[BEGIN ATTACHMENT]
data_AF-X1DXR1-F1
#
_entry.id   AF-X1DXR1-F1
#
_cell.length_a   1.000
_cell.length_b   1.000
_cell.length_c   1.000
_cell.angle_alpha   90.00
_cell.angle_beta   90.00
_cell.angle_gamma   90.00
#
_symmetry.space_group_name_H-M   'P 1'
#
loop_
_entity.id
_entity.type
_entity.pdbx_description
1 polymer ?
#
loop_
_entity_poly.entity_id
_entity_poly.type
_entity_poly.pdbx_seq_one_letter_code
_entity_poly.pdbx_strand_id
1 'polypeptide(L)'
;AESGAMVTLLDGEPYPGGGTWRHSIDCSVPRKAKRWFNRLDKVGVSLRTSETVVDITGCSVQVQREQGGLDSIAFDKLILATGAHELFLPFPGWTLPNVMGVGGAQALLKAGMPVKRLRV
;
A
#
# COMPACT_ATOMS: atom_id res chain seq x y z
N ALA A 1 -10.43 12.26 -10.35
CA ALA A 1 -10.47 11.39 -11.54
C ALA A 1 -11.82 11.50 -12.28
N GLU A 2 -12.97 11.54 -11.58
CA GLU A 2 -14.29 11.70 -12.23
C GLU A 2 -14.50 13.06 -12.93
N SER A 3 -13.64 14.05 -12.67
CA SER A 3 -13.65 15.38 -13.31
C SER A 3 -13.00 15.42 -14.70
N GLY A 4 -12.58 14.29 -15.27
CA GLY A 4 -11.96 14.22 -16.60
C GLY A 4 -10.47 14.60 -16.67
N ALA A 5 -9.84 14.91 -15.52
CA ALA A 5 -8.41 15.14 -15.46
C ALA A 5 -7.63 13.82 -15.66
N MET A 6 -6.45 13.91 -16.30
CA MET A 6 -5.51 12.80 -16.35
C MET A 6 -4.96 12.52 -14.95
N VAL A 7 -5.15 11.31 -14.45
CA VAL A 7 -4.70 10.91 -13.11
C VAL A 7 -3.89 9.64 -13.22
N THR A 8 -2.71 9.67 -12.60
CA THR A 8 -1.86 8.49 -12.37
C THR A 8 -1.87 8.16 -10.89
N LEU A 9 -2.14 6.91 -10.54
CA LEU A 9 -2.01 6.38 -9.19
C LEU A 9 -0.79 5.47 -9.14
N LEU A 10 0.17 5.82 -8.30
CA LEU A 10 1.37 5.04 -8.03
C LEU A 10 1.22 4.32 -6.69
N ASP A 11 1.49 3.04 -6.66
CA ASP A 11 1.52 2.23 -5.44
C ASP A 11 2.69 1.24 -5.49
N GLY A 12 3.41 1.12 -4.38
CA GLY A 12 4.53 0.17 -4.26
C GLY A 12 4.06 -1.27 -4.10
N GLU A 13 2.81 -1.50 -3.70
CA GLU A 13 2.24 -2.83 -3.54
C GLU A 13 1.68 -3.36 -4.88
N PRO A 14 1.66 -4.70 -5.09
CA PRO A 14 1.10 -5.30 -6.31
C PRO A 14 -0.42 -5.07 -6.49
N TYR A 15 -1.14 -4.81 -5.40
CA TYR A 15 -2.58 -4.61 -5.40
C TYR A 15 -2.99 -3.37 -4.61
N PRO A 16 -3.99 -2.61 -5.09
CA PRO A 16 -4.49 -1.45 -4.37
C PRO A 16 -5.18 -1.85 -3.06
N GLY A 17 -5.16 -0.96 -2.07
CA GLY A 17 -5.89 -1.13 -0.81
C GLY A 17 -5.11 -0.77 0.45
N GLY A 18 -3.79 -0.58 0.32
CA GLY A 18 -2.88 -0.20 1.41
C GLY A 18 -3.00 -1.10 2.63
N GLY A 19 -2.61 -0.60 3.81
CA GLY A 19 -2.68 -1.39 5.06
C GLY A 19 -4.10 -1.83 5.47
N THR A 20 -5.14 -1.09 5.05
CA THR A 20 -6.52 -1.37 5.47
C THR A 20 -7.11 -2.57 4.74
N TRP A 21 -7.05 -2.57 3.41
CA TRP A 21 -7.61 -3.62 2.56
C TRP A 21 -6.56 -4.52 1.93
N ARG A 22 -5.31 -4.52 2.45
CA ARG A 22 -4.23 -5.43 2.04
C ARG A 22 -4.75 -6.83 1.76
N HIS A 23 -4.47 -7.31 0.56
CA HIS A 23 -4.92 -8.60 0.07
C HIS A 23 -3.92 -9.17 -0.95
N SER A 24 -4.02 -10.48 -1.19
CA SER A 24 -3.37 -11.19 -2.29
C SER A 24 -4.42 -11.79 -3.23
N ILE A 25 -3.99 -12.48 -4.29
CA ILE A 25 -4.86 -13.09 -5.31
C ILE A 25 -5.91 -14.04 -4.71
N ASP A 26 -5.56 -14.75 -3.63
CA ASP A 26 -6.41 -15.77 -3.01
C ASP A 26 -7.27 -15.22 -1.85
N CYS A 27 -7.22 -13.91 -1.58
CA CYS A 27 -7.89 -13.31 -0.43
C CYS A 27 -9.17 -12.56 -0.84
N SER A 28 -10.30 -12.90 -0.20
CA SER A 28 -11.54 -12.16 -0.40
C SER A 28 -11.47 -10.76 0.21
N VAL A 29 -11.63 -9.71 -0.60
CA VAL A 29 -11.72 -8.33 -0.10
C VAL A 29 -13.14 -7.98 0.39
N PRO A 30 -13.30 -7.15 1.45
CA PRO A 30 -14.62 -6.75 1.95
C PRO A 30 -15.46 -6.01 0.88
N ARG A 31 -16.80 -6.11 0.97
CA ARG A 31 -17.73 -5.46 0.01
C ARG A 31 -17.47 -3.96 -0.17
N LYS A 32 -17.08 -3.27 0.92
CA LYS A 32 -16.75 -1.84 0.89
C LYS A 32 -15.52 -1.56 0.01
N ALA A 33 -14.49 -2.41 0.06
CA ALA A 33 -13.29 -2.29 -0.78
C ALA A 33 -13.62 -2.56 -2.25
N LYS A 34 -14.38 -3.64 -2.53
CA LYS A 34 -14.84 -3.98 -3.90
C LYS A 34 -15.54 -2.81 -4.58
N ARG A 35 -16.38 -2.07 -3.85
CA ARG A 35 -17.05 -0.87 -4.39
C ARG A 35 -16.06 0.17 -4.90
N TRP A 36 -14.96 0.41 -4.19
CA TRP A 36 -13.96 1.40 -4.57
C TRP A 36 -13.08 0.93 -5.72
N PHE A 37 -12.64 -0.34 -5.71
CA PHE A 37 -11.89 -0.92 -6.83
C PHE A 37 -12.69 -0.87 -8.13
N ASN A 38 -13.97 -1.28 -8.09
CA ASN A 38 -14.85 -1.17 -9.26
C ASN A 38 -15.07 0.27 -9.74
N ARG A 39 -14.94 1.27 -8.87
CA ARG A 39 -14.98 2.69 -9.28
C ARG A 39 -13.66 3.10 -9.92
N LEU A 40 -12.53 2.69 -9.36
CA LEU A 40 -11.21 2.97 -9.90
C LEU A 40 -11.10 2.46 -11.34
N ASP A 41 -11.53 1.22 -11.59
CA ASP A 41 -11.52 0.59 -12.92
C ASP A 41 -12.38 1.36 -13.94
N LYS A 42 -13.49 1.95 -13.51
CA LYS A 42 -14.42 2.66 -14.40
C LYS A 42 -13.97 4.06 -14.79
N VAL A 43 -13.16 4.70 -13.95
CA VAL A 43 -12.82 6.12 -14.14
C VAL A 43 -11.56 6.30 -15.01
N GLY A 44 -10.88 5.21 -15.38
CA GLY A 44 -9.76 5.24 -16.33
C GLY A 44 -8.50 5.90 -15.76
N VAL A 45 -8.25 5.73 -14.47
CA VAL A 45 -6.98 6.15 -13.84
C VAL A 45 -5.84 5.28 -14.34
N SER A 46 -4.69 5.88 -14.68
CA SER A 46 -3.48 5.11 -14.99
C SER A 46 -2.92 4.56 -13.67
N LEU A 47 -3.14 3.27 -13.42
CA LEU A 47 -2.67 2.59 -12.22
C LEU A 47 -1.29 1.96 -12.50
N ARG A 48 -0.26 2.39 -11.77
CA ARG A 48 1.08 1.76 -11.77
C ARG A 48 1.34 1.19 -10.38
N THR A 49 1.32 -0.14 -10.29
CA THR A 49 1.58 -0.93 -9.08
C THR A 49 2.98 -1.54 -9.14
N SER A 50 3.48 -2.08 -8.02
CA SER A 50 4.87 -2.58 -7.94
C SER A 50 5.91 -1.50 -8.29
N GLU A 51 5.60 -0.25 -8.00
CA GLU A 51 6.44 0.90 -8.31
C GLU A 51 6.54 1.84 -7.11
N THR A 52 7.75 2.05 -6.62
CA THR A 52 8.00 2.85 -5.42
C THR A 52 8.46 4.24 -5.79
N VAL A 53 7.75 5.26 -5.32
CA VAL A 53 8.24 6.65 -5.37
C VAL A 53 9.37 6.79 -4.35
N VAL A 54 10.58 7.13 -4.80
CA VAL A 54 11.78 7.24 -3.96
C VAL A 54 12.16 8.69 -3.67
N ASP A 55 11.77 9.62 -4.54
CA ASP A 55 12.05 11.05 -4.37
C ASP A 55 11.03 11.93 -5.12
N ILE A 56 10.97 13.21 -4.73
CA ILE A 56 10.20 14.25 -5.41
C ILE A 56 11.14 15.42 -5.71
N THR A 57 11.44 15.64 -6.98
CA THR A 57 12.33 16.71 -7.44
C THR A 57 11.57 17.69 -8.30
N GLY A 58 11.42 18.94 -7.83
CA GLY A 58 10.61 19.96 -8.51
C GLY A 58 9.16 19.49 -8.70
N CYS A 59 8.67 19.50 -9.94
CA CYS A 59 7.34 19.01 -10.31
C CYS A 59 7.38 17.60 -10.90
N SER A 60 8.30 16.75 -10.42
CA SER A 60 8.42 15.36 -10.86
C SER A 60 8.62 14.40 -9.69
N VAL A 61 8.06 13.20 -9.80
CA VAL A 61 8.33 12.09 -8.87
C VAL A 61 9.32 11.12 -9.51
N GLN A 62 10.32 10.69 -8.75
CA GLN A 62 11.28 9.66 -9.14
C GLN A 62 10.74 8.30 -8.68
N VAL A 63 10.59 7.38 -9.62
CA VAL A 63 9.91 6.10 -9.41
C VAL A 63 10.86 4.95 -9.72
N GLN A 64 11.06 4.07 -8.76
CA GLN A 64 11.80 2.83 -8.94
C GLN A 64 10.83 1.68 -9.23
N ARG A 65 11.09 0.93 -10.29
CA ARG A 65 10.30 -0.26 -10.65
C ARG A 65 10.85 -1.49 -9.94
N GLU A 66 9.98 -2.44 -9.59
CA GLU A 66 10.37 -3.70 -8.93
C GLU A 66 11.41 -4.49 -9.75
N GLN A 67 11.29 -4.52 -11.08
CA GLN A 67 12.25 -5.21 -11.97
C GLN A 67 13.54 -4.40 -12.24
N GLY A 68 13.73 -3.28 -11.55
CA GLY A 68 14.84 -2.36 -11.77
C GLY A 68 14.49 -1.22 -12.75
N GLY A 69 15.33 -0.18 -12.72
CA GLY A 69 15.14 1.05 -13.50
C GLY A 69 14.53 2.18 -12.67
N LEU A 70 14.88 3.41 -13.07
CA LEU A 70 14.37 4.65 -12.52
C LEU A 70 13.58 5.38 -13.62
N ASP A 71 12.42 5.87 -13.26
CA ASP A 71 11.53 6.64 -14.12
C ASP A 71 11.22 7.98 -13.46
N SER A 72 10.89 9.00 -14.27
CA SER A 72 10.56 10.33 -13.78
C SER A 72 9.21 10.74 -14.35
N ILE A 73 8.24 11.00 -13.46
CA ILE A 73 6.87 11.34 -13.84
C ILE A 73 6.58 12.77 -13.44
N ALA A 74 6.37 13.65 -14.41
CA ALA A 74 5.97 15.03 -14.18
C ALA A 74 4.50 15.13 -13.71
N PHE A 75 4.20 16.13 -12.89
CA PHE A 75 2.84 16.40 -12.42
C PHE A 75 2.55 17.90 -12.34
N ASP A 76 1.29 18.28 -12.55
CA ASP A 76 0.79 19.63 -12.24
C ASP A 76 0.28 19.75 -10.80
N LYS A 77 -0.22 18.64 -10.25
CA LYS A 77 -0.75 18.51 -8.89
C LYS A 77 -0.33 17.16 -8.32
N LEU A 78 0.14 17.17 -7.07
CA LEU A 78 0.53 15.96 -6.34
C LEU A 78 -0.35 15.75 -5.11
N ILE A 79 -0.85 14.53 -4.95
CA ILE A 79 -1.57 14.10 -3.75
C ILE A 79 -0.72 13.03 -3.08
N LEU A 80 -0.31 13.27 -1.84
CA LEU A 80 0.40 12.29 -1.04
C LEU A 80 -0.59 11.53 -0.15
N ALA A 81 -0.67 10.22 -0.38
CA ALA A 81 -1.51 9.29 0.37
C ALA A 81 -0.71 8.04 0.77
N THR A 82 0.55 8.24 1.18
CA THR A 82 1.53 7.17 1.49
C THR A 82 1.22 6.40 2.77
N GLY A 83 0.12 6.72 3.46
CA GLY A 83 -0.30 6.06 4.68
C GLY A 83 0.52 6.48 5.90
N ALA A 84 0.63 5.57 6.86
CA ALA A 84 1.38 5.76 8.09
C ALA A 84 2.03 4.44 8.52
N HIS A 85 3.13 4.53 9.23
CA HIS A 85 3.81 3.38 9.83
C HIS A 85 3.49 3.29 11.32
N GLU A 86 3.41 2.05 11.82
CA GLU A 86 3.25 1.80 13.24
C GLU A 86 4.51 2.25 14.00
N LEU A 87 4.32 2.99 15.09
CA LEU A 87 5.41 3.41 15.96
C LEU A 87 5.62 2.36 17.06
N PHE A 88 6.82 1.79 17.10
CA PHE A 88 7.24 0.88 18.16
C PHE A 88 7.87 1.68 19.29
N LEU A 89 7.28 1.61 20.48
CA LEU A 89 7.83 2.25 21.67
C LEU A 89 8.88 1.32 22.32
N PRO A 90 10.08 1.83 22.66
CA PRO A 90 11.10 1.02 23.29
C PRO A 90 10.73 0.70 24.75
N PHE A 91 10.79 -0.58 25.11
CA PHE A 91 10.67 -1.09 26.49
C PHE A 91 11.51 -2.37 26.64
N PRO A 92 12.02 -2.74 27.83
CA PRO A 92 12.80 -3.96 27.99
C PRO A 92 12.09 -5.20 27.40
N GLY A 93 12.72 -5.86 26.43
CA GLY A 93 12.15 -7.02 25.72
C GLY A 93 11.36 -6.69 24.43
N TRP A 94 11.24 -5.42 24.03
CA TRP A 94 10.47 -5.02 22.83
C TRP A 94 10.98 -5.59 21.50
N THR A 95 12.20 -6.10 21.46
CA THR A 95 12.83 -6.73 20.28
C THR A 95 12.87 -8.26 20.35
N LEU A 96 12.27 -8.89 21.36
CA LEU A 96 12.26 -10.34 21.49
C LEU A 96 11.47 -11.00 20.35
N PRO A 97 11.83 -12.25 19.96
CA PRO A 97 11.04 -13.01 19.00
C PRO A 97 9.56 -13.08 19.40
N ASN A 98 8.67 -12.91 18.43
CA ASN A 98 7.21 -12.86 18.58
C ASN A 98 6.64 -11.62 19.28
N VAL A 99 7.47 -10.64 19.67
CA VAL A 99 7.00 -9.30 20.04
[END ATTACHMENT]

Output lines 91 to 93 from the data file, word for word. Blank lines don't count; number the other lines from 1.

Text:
N TRP A 21 -7.05 -2.57 3.41
CA TRP A 21 -7.61 -3.62 2.56
C TRP A 21 -6.56 -4.52 1.93